Netscape Sues Microsoft
- By Scott Bekker
AOL-Time Warner subsidiary Netscape Communications Corp. filed a federal lawsuit on Tuesday seeking triple damages from Microsoft Corp. for financial harm to Netscape's browser business.
Netscape's case rests on the long-running federal antitrust action against Microsoft in which the courts found that Microsoft acted in an anticompetitive manner and harmed Netscape's business with its actions.
Netscape could have filed the lawsuit at any time since U.S. District Court Judge Thomas Penfield Jackson entered his Findings of Fact in November 1999. However, the lawsuit cites a string of decisions leading up to the Supreme Court's December 2001 rejection of Microsoft's certiorari petition, suggesting that Netscape may have been waiting for the appeals process to play most of the way out.
The case remains very much in flux. While the U.S. Department of Justice and several states have reached a tentative settlement with Microsoft, nine states are continuing with the case. The Supreme Court's decision not to take the case also hinged in part on a desire by the court not to get involved until the case had fully worked its way through the system.
The Netscape complaint, filed in federal district court in Washington, D.C., takes readers all the way back to 1994. However, Netscape-AOL attorneys strove to make the case relevant to the 2002 business climate by broadening the issue from browser license revenues to revenues associated with having a dominant application platform.
It's an important question given the fact that the two browsers with the largest market share (Microsoft Internet Explorer and Netscape Navigator) are distributed for free. According to Netscape's complaint, Navigator once enjoyed 70 percent market share, but currently has about 20 percent to Microsoft Internet Explorer's 80 percent.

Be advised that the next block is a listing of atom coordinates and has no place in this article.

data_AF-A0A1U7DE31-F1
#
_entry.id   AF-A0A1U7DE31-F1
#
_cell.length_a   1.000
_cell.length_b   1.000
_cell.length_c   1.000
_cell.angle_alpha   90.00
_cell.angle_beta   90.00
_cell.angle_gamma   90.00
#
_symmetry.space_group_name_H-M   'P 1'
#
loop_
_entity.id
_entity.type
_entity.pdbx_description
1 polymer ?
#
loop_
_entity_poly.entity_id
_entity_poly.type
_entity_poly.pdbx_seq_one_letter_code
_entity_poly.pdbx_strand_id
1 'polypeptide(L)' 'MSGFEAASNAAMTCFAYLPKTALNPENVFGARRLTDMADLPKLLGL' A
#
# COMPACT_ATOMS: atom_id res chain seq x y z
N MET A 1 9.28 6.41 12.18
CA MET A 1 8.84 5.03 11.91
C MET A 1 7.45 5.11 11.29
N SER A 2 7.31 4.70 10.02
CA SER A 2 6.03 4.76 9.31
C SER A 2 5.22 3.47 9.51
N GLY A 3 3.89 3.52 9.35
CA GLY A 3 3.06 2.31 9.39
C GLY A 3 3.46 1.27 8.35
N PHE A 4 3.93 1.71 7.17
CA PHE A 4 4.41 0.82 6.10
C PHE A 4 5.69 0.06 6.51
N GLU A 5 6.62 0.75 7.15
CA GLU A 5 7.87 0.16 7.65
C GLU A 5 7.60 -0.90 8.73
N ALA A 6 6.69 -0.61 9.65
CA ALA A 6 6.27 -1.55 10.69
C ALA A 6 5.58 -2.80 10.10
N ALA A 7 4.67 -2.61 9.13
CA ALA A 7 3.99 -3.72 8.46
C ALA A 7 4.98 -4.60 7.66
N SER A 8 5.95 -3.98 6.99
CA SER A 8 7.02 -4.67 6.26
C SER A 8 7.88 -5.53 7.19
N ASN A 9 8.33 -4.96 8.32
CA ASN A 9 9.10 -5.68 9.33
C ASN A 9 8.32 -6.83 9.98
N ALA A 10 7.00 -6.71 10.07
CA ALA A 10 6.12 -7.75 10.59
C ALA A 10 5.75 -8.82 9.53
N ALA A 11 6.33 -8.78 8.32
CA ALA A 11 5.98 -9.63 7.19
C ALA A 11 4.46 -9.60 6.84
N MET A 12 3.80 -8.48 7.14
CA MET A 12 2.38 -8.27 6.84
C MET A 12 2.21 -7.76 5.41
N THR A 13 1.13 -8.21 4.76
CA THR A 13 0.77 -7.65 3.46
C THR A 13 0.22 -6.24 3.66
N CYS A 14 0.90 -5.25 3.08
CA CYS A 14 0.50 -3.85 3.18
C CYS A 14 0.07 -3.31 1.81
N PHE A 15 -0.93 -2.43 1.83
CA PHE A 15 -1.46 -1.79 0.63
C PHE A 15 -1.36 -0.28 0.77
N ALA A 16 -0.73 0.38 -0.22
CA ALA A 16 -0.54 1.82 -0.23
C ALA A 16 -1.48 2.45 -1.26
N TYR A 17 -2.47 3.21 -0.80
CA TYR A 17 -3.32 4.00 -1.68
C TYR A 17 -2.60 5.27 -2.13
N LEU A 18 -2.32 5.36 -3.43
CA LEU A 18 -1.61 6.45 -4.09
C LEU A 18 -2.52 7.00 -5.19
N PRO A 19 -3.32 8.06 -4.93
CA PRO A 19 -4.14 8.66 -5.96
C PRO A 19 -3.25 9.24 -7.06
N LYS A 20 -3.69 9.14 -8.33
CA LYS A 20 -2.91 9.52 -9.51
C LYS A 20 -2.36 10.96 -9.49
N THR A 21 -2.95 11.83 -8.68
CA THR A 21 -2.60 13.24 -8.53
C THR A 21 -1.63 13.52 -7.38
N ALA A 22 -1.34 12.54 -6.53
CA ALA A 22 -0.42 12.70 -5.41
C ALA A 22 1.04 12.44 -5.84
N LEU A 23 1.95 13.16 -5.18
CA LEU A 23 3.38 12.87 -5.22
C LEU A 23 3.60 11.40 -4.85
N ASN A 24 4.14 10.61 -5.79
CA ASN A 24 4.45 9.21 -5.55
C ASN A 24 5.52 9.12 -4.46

"A company distributing Web browsers can generate income by licensing the browser and/or by enjoying increased revenues from web portals linked to the Web browser, licenses of server application software, sales of advertising and links on the Web browser, sales of web development tools and other sources of revenues linked to distribution of the Web browser," the complaint states.
Netscape's claim notes several Microsoft practices that harmed its business, including forcing OEMs to use Internet Explorer exclusively, bolting IE onto Windows, giving preferential product support to developers who used only IE, entering exclusionary agreements with ISPs and Internet Access Providers and forcing Apple to replace Netscape Navigator with IE as its default browser.
The complaint avoids mention of Microsoft's decision to make IE free when Netscape was charging for Navigator, a move that could be construed as anticompetitive given Microsoft's OS monopoly but that clearly did not harm consumers.
Netscape claims it is suffering continuing harm from Microsoft's anticompetitive behavior, which Netscape claims is ongoing. In addition to seeking triple damages, Netscape claims to be filing the suit to restore browser and operating system competition.
The complaint filed Tuesday does not place a dollar value on Netscape's damages.
Netscape is asking the court for "injunctive relief sufficient to prevent further antitrust injury to Netscape and to restore competition lost in the market for Web browsers, and to enable middleware platforms to compete with Intel-compatible PC operating systems."
The complaint also makes no mention of its giant corporate parent, AOL-Time Warner, stating merely that "On March 17, 1999, Netscape's ownership changed."
Netscape should not have to prove that Microsoft's behavior was anticompetitive or that Netscape was harmed by that behavior, since both have been established in the antitrust case. For example, the complaint quotes the following passages from the Court of Appeals' June 2001 opinion: "Microsoft undertook a number of anticompetitive actions that seriously reduced the distribution of Navigator" and "Microsoft's deals with the IAPs clearly have a significant effect in preserving its monopoly; they help keep usage of Navigator below the critical level necessary for Navigator or any other rival to pose a real threat to Microsoft's monopoly."
About the Author
Scott Bekker is editor in chief of Redmond Channel Partner magazine.